Split between two tales, "Spider-Verse Team-Up" #1 leads with its best swing, giving readers a pair of adventures featuring five bearers of the Spider Totem. Teaming up to cast their web wider, the Spiders manage to avoid Morlun and the Inheritors, but that doesn't mean this issue is completely void of conflict.
After all, when talking about a Spider-Verse filled with variations of Spider-Man, it only stands to reason that there would also be variations of his foes. Dexter Vines' inks add richness and depth to Dave Williams' pencils and tight storytelling in "The Power of Positive Thinking," the lead tale of this debut issue of "Spider-Verse Team-Up." This story brings Old Man Spider-Man, Spider-Ham (even though he is billed as "Spider-Man" in the credits page) and Ben Reilly together to fight a flock of Vultures. Williams does a magnificent job of making the various Vultures distinct, including a few truly creepy close-ups of the elder Vulture and the vomitus Vulture. Chris Sotomayor's colors are on target, giving the story a 1990s feel without completely dragging the appearance back twenty years. He also adds textures and tones as well as sparkle to the freshly spun webs and stardust to the portal that teleports the Spideys.
Christos Gage writes a fun adventure in the skies over Earth-94's New York, playing the witty pun stylings of Spider-Ham and Ben Reilly off one another, and occasionally in unison. Williams picks up on that buoyancy, giving the Spider-characters a delightful romp through the early portion of the lead. Towards the latter half, however, the energy begins to fizzle out of the story as the Spider-Men and Spider-Ham do an awful lot of standing and talking. Williams keeps those scenes light with Spider-Ham's naturally exaggerated gestures, and everything bounces forward at the end of the story as Gage and company point the readers to "Spider-Verse" proper.
The second tale in this comic book, "The Luck of the Parkers" checks in on a vague, unlabeled reality where the spider bite put Peter Parker in the hospital instead of swinging around town. Roger Stern is onboard for this adventure, which features Six-Arm Spider-Man and Spider-Man Noir checking in on their other self.
Joining Stern is artist Bob McLeod who helps complete the throwback impression this tale projects through with his strong storytelling and clean figure work. More at home with the New Mutants than Spider-Man, McLeod fits in with this adventure quite nicely, giving Six-Arm Spider-Man a wide range of expressions, including gestures with all six hands. What isn't seen due to Spidey's mask is evident in his pointing or waving, giving McLeod another vehicle for his solid storytelling. McLeod takes it even farther by drawing ghost images of Six-Arm as he bounds around his opponent in this adventure.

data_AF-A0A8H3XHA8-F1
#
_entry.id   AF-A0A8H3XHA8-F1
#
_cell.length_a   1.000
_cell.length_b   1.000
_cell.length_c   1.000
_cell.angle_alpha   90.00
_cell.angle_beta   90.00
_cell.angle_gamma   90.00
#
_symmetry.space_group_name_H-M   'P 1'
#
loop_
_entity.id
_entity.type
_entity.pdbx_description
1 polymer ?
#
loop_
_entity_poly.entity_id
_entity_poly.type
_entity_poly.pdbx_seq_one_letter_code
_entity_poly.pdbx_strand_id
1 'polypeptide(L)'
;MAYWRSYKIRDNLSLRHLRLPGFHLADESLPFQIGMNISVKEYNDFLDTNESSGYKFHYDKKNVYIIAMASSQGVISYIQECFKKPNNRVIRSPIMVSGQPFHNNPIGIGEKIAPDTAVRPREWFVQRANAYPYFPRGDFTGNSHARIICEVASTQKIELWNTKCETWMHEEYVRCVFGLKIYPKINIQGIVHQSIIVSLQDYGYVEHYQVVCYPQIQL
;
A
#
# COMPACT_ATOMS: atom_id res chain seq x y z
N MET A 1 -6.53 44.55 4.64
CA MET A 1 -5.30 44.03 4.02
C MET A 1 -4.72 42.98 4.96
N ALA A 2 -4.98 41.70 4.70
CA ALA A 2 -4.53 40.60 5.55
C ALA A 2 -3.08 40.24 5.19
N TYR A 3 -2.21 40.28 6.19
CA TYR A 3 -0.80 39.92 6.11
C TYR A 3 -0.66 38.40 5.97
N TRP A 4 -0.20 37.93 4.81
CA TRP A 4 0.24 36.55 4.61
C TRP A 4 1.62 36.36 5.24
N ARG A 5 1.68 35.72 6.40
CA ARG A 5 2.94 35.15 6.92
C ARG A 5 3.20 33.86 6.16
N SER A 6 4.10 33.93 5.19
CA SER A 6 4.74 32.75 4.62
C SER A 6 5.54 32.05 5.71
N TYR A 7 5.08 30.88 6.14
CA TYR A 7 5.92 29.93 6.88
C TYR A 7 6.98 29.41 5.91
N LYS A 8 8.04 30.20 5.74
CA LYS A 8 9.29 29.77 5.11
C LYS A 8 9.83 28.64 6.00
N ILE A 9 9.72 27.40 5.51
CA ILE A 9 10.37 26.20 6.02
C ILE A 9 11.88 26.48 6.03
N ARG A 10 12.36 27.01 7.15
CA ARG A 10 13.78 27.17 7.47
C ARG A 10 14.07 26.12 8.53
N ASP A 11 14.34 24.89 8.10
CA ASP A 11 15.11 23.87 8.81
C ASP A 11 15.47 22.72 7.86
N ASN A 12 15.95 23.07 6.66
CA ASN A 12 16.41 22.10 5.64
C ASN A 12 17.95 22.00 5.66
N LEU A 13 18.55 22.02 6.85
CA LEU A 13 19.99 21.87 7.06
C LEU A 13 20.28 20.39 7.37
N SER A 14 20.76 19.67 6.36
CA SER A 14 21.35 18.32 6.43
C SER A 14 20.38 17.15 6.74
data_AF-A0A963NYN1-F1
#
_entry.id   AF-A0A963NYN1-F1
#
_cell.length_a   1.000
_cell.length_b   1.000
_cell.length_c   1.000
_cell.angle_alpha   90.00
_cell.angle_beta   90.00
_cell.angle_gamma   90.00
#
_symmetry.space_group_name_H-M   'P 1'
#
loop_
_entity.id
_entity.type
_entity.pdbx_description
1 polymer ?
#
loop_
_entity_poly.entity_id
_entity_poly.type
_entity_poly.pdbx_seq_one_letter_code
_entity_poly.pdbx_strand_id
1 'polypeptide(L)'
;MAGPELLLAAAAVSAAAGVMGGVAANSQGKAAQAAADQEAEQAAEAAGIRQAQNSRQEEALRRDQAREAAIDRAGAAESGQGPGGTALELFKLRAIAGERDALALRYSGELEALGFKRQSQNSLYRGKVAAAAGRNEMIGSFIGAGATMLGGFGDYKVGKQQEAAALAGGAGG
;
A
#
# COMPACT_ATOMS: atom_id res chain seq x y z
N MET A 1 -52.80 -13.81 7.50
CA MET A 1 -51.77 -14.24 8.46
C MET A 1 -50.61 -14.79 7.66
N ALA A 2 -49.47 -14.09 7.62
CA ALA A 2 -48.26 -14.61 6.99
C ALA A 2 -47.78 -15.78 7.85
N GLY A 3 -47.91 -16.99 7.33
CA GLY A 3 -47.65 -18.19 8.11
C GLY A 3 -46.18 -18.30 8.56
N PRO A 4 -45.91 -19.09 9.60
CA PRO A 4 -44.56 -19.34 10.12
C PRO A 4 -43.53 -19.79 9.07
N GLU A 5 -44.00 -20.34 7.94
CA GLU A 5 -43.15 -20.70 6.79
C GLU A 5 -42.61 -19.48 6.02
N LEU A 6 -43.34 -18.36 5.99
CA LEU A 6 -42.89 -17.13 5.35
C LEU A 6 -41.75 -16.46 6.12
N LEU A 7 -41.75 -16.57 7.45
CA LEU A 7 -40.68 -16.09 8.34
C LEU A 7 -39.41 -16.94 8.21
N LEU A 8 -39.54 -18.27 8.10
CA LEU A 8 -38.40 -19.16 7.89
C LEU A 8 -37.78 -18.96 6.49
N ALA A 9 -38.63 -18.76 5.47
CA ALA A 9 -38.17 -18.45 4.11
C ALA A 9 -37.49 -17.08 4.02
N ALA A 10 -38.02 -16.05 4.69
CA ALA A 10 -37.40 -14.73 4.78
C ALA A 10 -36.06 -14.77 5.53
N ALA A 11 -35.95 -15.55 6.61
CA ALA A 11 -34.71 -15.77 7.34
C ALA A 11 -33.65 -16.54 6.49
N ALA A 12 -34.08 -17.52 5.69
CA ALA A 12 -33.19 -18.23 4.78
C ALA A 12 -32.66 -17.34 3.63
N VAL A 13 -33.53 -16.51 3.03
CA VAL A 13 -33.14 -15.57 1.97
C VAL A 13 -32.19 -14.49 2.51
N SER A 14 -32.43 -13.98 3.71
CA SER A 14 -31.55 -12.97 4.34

Andrew Crossley's coloring is straightforward comic book coloring. Solid hues and moderate shading on the characters as befits the story while the backgrounds (and especially the open panels without true backgrounds) absorb the more experimental coloring notions. Joe Caramagna's lettering holds "Spider-Verse Team-Up" #1 together as he is the only creator to contribute to both portions of this comic book. The letterer does a nice job of clearing the artwork when Gage's tale gets exceptionally verbose and setting Spider-Man Noir's caption boxes to guide story flow in Stern's chapter.
Like "Marvel Team-Up" from the 1970s and 1980s, "Spider-Verse Team-Up" #1 doesn't do much to enhance the overall narrative in place around "Spider-Verse," but it does deliver an extra spot for Spider-fans to check in on some of their favorite variant webslingers. Although it is timed to run parallel to "Spider-Verse" proper, this comic book feels more like additional "Edge of Spider-Verse" build-up, as the "Spider-Verse" event is unchanged from the actions taken in the complete tales presented here. All said, this is a fun read that gives readers a chance to enjoy the madness brought about by "Spider-Verse" without overwhelming dread lingering behind every page turn.